Putting away the pesky Austrians is one thing. Beating the Belgians is another. Yet, the oddsmakers like their chances more than the Belgians. At +400, the Italians are the third-favorites to win the European Championship.
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Saturday, July 3
Czech Republic vs. Denmark
Baku, Azerbaijan • 12 p.m. ET
These two are also playing with house money, but the Danes have the bigger bank account. Given what Denmark has been through to this point, pity the Czechs for drawing the short straw and playing the team Nobody Wants To Play Now.
Denmark survived the frightening cardiac arrest of its best player, midfielder Christian Eriksen, then needed to beat Russia by at least two goals to reach the knockout round. That 4-1 win vaulted the Danes into an easy 4-0 dismantling of Wales in the Round of 16.
This latest form along with Eriksen’s story make the Danes an irresistible, cuddly team to root for if you don’t have a dog in the fight. Denmark won this tournament in 1992 and there’s a feeling of destiny here thicker than a Hamlet soliloquy. That Denmark team was led by goalkeeper Peter Schmeichel and this team by his goalkeeper son, Kasper. “To be” seems to have the edge over “Or not to be” with this team that the bookmakers put +1,000 odds on to repeat 1992.
That said, the Czechs aren’t going away easily, despite being +2,500 underdogs. Ask a now-sitting-at-home Netherlands team, who were ushered to the door by one of the biggest upsets of the tournament. Of course, the Netherlands and their oft-cynical style have only themselves to blame, after an unseemly handball by Matthijs de Ligt earned him a red card.
That opened the door for goals from Tomas Holes and the electric Patrik Schick, who scored his fourth goal in as many games. Just like that, The Orange were blacked out, 2-0.
The Czechs are dangerously underrated in midfield, where even with the man advantage, they dominated the Dutch. And if cyberspace has anything to say about it, Prague is in for quite the party.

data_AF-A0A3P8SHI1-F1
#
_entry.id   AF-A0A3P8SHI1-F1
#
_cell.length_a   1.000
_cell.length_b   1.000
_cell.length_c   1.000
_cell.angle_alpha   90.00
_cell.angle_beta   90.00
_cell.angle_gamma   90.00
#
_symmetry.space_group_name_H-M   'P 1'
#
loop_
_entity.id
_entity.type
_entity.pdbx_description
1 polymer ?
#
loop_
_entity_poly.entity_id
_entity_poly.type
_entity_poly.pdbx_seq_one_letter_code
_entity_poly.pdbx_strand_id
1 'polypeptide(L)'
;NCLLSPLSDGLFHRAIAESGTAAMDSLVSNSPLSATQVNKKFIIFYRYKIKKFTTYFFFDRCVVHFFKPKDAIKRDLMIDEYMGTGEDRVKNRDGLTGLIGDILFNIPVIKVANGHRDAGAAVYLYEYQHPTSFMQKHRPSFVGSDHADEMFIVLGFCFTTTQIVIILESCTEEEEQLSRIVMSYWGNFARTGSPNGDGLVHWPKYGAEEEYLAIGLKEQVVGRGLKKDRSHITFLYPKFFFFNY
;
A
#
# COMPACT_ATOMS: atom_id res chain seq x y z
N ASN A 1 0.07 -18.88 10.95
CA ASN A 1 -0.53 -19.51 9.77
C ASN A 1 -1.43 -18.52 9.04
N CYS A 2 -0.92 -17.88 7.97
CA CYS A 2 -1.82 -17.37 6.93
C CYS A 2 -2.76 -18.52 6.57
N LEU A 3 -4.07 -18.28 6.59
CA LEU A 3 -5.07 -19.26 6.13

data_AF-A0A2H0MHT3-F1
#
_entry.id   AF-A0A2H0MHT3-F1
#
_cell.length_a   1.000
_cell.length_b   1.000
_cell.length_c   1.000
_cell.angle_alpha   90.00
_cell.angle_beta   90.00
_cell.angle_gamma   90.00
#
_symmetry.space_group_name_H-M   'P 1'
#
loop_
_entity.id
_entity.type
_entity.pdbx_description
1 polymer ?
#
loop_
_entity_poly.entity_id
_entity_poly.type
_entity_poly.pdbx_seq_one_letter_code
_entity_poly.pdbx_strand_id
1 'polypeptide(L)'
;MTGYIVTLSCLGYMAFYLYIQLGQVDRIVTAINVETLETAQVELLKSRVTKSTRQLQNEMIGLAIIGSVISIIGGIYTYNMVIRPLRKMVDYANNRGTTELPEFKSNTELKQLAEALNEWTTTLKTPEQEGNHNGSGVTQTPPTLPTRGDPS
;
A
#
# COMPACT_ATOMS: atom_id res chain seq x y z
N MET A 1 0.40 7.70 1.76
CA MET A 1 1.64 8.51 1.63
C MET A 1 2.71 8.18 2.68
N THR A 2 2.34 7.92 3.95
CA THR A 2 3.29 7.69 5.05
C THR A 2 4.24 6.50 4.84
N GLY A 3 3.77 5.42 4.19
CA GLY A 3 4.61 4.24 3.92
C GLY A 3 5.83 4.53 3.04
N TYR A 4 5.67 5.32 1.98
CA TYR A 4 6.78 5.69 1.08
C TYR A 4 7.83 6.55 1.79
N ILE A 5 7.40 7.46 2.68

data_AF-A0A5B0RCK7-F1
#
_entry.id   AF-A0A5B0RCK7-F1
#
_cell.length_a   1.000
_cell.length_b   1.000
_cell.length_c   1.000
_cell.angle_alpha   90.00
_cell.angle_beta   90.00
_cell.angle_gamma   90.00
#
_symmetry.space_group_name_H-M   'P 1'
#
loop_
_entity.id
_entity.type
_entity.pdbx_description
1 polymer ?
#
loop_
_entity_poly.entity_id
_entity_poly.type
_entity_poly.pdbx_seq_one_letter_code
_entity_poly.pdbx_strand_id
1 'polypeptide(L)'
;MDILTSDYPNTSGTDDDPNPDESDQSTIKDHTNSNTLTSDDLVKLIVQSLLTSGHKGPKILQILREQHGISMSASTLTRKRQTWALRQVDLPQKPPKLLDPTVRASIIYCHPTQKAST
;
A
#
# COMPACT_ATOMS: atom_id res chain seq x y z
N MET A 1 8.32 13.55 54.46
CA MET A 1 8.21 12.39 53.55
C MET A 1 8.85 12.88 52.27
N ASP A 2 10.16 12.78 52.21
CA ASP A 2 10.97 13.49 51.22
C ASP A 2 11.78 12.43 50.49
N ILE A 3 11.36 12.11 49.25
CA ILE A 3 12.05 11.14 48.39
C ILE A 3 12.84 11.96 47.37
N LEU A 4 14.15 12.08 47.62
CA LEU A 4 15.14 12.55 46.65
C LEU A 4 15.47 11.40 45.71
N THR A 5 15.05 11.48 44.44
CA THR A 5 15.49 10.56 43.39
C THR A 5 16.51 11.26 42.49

Sportradar, a sports data provider, ran a pre-tournament simulation that predicted the Czech Republic beating Denmark in the finals. Are they two rounds too early with that prediction?
England vs. Ukraine
Rome, Italy • 3 p.m. ET
The unmistakable sounds of “Two World Wars and One World Cup” were rocketing all over Wembley Tuesday—and for once, it wasn’t England’s last desperate act of defiance. England’s 2-0 victory over its eternal blood rival, Germany, sent the entire country into equal measures ecstasy and relief.
Ecstasy that the team that took it out of the 1970, 1990 and 2010 World Cups and the Euro 1996 semifinals was done and dusted. Relief that England and its penchant for stepping on rakes in international tournaments hasn’t transpired—yet.
The Three Lions weren’t totally on point. They needed late goals from Raheem Sterling and the heretofore dormant Harry Kane to dispatch Germany. But England has yet to allow a goal in four games and unlike past generations, seems to relish this experience, rather than recoil from it. Five years ago, Iceland knocked England out of Euro 2016, forcing a wholesale wringing out of the program.
That 11 players on this England squad weren’t alive in 1996 lends itself to that freshness. And manager Gareth Southgate instilled a no-fear mentality in the Three Lions, getting the English FA to schedule matches with the powers of world football: Germany, Spain, Italy, the Netherlands and Brazil.
That should make Saturday’s game against a surprising Ukraine team that much easier. The oddsmakers think so, making England the +210 favorite to win the tournament. That’s as much a byproduct of England’s easier path to the finals as it is the Three Lions’ form. Based on the brackets, England wouldn’t see Belgium, Italy or Spain until the finals – if it gets there.
As for Ukraine and its +3,300 longest-of-longshot odds, its quarterfinal berth was brought to it by one of those improbable moments this tournament spawns almost on command. Artem Dovbyk, who came into Tuesday night’s Round of 16 game with Sweden carrying all of 51 minutes of international experience, buried a diving header in the 121st minute—just before the end of extra time.
That goal, brought to the Ukrainians by a player toiling for SC Dnipro-1 in the Ukrainian Premier League, gave Ukraine an are-you-kidding 2-1 victory over Sweden. The goal came via a perfect cross from Oleksandr Zinchenko right on Dovbyk’s forehead. It also came after Sweden’s Marcus Danielson kneecapped Artem Besedin with a wild tackle that drew the Swedish player a straight red card.